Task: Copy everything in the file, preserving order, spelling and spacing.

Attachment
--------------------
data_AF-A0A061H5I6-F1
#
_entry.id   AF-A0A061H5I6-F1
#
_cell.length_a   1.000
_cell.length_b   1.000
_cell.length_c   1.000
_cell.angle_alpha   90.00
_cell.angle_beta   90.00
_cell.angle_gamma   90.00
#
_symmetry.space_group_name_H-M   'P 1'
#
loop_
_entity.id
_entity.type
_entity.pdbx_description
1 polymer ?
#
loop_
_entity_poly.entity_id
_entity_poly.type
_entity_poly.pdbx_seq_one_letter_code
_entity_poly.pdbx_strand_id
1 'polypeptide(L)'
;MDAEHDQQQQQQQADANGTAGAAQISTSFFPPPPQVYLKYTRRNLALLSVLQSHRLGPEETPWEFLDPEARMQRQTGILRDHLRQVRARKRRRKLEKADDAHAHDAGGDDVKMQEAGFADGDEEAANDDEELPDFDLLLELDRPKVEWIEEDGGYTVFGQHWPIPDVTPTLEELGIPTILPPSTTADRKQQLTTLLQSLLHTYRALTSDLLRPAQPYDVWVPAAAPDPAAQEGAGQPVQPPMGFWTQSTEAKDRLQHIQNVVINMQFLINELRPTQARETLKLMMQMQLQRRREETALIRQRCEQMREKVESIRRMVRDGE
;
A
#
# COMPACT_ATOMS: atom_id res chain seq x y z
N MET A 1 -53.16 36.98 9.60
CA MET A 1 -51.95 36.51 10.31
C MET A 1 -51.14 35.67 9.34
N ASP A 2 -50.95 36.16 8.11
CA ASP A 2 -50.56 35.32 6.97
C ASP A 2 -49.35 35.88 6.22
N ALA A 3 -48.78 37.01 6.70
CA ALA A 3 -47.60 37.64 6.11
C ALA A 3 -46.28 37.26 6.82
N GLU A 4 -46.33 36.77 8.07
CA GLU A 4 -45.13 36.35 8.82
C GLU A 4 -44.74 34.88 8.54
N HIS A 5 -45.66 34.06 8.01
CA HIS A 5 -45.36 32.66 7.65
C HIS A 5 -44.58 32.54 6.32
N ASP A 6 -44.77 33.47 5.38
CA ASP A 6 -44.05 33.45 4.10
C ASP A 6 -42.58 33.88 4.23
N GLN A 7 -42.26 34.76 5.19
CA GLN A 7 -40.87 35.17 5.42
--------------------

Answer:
data_AF-A0A061H5I6-F1
#
_entry.id   AF-A0A061H5I6-F1
#
_cell.length_a   1.000
_cell.length_b   1.000
_cell.length_c   1.000
_cell.angle_alpha   90.00
_cell.angle_beta   90.00
_cell.angle_gamma   90.00
#
_symmetry.space_group_name_H-M   'P 1'
#
loop_
_entity.id
_entity.type
_entity.pdbx_description
1 polymer ?
#
loop_
_entity_poly.entity_id
_entity_poly.type
_entity_poly.pdbx_seq_one_letter_code
_entity_poly.pdbx_strand_id
1 'polypeptide(L)'
;MDAEHDQQQQQQQADANGTAGAAQISTSFFPPPPQVYLKYTRRNLALLSVLQSHRLGPEETPWEFLDPEARMQRQTGILRDHLRQVRARKRRRKLEKADDAHAHDAGGDDVKMQEAGFADGDEEAANDDEELPDFDLLLELDRPKVEWIEEDGGYTVFGQHWPIPDVTPTLEELGIPTILPPSTTADRKQQLTTLLQSLLHTYRALTSDLLRPAQPYDVWVPAAAPDPAAQEGAGQPVQPPMGFWTQSTEAKDRLQHIQNVVINMQFLINELRPTQARETLKLMMQMQLQRRREETALIRQRCEQMREKVESIRRMVRDGE
;
A
#
# COMPACT_ATOMS: atom_id res chain seq x y z
N MET A 1 -53.16 36.98 9.60
CA MET A 1 -51.95 36.51 10.31
C MET A 1 -51.14 35.67 9.34
N ASP A 2 -50.95 36.16 8.11
CA ASP A 2 -50.56 35.32 6.97
C ASP A 2 -49.35 35.88 6.22
N ALA A 3 -48.78 37.01 6.70
CA ALA A 3 -47.60 37.64 6.11
C ALA A 3 -46.28 37.26 6.82
N GLU A 4 -46.33 36.77 8.07
CA GLU A 4 -45.13 36.35 8.82
C GLU A 4 -44.74 34.88 8.54
N HIS A 5 -45.66 34.06 8.01
CA HIS A 5 -45.36 32.66 7.65
C HIS A 5 -44.58 32.54 6.32
N ASP A 6 -44.77 33.47 5.38
CA ASP A 6 -44.05 33.45 4.10
C ASP A 6 -42.58 33.88 4.23
N GLN A 7 -42.26 34.76 5.19
CA GLN A 7 -40.87 35.17 5.42